If we assume that the current through R5 and R7 is so small that there's almost no voltage drop across them then the voltage across R3 is equal to Vbe_T2 + V_R4.

That Vbe_T2 will be quite constant at around 0.6 V.

But what will the voltage across R4 be? It depends on the current through it of course. But since we want the voltage across R2 + R3 to be Vcc/2 is means the voltage across R3 is Vcc/4. From that Vcc/4 subtract the Vbe of T2, that leaves 3 V / 4 - 0.6 V = 0.15 V across R4. So the current through R4 will be 0.15V / 1.5k ohm = 100 uA.

Then we need to check if the rest of the circuit can support the values we just calculated. At the collector of T2 we will have 3 V - 100 uA * 12 kohm = 1.8 V Since T2's emitter is at 0.15 V that leaves a Vce of 1.65 V which is enough.

Base of T1 is at that same 1.8 V, subtract Vbe to get to emitter voltage: 1.8 V - 0.6 V = 1.2 V That is a bit lower than the 1.5 V we wanted, so you would think that T1 would be off (Vbe is too low) and the circuit cannot work.

However due to the feedback the circuit will automatically find a point where it can work.

What happens is that when T1 is off, the voltage across R2, R3 is lower than we want and that also means that the voltage across R4 will be less. So T2 will have a much smaller Ic than we predicted. This makes the voltage at the collector of T2 rise. Which is what we need to turn T1 on. That in turn will increase the voltage across R2, R3 and R4 until a certain balance situation is found where the voltages and currents will be close to what we predicted.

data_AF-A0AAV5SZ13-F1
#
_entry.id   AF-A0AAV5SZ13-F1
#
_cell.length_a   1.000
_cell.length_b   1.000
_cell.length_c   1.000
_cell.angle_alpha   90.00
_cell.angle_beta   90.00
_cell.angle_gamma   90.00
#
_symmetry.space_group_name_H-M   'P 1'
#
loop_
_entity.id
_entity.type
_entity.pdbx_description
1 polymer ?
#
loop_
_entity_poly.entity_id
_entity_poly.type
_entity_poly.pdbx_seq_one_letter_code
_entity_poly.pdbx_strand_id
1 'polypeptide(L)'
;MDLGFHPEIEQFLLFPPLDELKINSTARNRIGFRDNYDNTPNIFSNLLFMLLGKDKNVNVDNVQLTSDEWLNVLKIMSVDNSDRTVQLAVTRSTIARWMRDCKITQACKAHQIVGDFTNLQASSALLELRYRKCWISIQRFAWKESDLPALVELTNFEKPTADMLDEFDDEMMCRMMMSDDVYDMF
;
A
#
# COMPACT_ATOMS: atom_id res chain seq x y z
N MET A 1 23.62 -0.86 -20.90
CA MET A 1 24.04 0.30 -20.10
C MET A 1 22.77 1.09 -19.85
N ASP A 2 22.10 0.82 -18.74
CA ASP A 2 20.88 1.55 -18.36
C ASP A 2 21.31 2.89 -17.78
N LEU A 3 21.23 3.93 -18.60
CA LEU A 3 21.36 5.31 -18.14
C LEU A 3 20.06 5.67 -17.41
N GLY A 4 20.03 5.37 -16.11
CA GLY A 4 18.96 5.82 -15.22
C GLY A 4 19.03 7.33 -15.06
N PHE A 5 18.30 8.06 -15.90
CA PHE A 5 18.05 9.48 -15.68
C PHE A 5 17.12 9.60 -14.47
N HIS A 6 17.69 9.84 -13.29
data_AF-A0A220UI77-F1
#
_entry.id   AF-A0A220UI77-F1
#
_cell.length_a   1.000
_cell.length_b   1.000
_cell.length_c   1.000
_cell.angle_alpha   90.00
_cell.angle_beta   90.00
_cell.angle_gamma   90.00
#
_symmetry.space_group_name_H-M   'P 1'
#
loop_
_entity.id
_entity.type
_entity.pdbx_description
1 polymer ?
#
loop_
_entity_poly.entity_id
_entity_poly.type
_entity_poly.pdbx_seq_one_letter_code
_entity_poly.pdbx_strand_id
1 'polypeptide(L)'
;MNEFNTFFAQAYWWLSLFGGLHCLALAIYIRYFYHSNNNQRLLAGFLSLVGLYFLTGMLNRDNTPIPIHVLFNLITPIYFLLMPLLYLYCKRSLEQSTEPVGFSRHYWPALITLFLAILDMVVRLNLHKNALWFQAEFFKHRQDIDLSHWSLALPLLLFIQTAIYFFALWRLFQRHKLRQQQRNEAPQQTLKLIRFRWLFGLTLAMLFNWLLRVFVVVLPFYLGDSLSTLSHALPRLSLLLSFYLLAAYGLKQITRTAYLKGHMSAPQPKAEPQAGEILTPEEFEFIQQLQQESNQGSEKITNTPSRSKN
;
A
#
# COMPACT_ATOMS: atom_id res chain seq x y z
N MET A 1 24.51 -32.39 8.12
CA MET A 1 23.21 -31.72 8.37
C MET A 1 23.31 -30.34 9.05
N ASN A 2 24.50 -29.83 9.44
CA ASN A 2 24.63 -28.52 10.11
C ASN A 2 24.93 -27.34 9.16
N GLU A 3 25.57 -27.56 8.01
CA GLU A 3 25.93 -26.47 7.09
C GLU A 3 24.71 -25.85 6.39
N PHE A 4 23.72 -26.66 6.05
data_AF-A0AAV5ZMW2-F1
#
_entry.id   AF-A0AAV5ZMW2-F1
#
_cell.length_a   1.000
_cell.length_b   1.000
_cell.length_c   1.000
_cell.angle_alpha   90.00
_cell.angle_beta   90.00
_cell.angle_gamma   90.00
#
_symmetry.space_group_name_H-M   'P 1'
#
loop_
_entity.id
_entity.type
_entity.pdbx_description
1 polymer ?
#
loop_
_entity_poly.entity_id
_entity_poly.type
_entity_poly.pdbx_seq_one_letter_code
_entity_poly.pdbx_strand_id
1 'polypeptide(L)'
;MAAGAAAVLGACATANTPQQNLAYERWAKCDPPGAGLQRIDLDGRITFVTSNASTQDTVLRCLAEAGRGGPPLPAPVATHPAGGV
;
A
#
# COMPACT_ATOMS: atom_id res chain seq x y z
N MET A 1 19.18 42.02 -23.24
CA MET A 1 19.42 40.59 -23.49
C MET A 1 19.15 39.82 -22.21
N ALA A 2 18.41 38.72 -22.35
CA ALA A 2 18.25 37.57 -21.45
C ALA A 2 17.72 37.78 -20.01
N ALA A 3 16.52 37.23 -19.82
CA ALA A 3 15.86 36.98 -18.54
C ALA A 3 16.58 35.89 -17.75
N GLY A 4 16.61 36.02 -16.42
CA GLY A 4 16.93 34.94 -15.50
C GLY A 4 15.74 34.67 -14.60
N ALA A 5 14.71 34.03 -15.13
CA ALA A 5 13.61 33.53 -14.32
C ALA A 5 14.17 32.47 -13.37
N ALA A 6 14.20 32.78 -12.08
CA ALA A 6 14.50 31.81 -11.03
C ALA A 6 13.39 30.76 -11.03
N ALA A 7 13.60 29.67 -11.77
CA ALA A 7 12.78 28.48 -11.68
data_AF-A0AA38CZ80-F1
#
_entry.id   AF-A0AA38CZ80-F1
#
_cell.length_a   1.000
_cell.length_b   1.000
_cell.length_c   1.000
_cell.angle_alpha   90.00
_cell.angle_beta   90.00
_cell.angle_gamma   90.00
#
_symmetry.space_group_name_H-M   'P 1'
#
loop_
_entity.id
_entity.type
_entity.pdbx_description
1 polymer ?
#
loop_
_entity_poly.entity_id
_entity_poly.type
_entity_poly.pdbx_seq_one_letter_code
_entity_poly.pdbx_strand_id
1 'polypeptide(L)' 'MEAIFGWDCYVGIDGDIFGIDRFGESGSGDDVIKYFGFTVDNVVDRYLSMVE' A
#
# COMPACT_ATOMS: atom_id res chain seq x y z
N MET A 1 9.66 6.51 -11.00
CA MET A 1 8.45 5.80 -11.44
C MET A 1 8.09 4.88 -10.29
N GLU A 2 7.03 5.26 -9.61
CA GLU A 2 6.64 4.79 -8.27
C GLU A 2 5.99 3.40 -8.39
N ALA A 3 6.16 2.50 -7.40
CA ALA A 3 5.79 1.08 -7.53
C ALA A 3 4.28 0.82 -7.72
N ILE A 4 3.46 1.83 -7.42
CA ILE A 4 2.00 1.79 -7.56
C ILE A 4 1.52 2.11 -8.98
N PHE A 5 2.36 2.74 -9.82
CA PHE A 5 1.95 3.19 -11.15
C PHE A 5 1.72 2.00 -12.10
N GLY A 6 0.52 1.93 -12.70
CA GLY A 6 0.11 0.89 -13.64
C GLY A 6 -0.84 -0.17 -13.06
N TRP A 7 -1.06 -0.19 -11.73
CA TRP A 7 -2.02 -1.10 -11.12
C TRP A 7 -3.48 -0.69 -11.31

You could re-do the calculation using a larger Vbe, for example Vbe = 0.65 V instead of 0.6 V, that would make Ic of T2 a bit smaller and decrease the voltage across R1 (which was the issue we had above) then perhaps you get closer to the real solution.

When designing such a circuit I do the hand calculation as explained above and then use a circuit simulator to find the exact values and check if my calculation was sane (close enough I mean).

  • \$\begingroup\$ Why you wrote: "we want the voltage across R3 + R4 to be Vcc/2"? I found that the Vcc/2 must be on T1 emitter as Q-point value. Or it's shown for example to demostrate how it's working theoretically? \$\endgroup\$
    – MaxMil
    Jan 30 '18 at 14:56
  • \$\begingroup\$ we want the voltage across R3 + R4 to be Vcc/2 Because you wrote: How the resistive network was calculated to allow one-half output Q-point? For me that means that you want the output to be DC biased at Vcc/2. Then that means that the voltage across R3 + R4 will be Vcc/2. It is my starting point for the loop calculation. \$\endgroup\$ Jan 30 '18 at 15:32
  • \$\begingroup\$ Yes, it's all so. But I see that if output is on T1 emitter then V_R2 + V_R3 = Vcc/2. But I can't understand how it relates to V_R3 + V_R4? \$\endgroup\$
    – MaxMil
    Jan 30 '18 at 15:38
  • \$\begingroup\$ Oh, geez, typo ! The line should have been we want the voltage across R2 + R3 to be Vcc/2 ! So forget R3 + R4, it should have said R2 + R3 \$\endgroup\$ Jan 30 '18 at 15:53